Why did you decide to get into teaching/leadership?

I have always loved reading. As a child I used to read to an imaginary audience, and it was from that point that I knew I wanted to share my knowledge with others. I am pleased to say I still get a thrill when students are enthused by their learning. Teaching is truly a privilege; it enables us to shape and aid othersí lives and support them on the next step of their journey. While I have never had a plan for my career development, when opportunities arise, I always embrace them. My motivation for leadership is to make a positive difference and navigate through the many challenges and changes schools face each day.

How do you like to unwind?

In my spare time I love travelling, including going to the theatre and visiting amazing buildings around the world. Recently, I travelled to the Taj Mahal and the Golden Temple in Amritsar, India. Spiritual, awe-inspiring and sensational are a few words to describe them. But, most of all, I love spending time with my husband and two amazing children. They make me laugh, keep me busy and get to boss me around. I love cooking with my daughter who has introduced me to the pleasures of baking.

Whatís your favourite book and your favourite film of all time?

I like reading autobiographies as I find it fascinating how people have overcome adversities in life and not used them as an excuse. Maya Angelouís I Know Why the Caged Bird Sings inspires me to keep on fighting for our rights and never let anyone put you down. My two favourite films are Itís a Wonderful Life and Mississippi Burning. Although very different in style, they both depict the fight against corruption and standing up for the less fortunate. Something I feel as a society we should all be focusing on, building bridges and making the world an amazing place for the next generation.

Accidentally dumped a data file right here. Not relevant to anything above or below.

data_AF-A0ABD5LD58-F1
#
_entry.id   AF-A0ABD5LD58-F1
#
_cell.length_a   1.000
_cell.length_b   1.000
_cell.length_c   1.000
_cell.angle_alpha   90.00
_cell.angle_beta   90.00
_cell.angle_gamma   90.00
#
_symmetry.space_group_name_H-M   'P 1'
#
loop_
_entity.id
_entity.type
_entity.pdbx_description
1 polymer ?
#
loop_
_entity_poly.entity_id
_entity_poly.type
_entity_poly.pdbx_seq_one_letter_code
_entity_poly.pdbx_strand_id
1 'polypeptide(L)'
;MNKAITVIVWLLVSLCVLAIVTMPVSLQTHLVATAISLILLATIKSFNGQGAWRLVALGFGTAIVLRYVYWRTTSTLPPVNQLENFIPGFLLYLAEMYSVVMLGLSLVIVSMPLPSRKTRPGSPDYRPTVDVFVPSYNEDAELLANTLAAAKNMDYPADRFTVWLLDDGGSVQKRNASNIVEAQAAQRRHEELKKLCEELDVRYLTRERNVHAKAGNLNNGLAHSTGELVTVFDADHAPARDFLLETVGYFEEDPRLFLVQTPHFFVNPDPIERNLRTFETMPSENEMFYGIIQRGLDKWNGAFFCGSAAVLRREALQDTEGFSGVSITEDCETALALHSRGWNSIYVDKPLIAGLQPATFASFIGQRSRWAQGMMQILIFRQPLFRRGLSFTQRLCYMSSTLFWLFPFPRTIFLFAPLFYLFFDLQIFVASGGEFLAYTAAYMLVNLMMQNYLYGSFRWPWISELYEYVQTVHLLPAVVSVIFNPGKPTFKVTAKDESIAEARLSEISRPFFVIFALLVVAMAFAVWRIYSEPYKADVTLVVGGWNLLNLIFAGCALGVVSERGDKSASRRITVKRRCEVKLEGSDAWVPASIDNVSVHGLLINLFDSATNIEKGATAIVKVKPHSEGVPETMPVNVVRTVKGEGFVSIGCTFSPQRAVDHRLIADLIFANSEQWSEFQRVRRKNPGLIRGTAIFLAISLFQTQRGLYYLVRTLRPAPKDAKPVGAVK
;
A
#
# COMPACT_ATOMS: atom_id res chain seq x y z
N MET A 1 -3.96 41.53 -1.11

What advice would you give to someone new to leadership?

My advice to a new leader would be to keep things in perspective, focus on being strategic and do not let the day-to-day pressures consume you. Make sure staff are fully engaged with your strategic approach by always ensuring they understand why you are doing things. One of my best inspirational quotes is by the great Maya Angelou when she said, ďI am not competing with anyone else other than myself. I want to be excellent at whatever I do.Ē


ASCL Council

For more details on how you can become a Council member, please email ASCL Director of Policy Julie McCulloch at Julie. mcculloch@ascl.org.uk

We are particularly keen to encourage people from currently under-represented groups including women and people from black, Asian and minority ethnic backgrounds, to put themselves forward.

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LEADING READING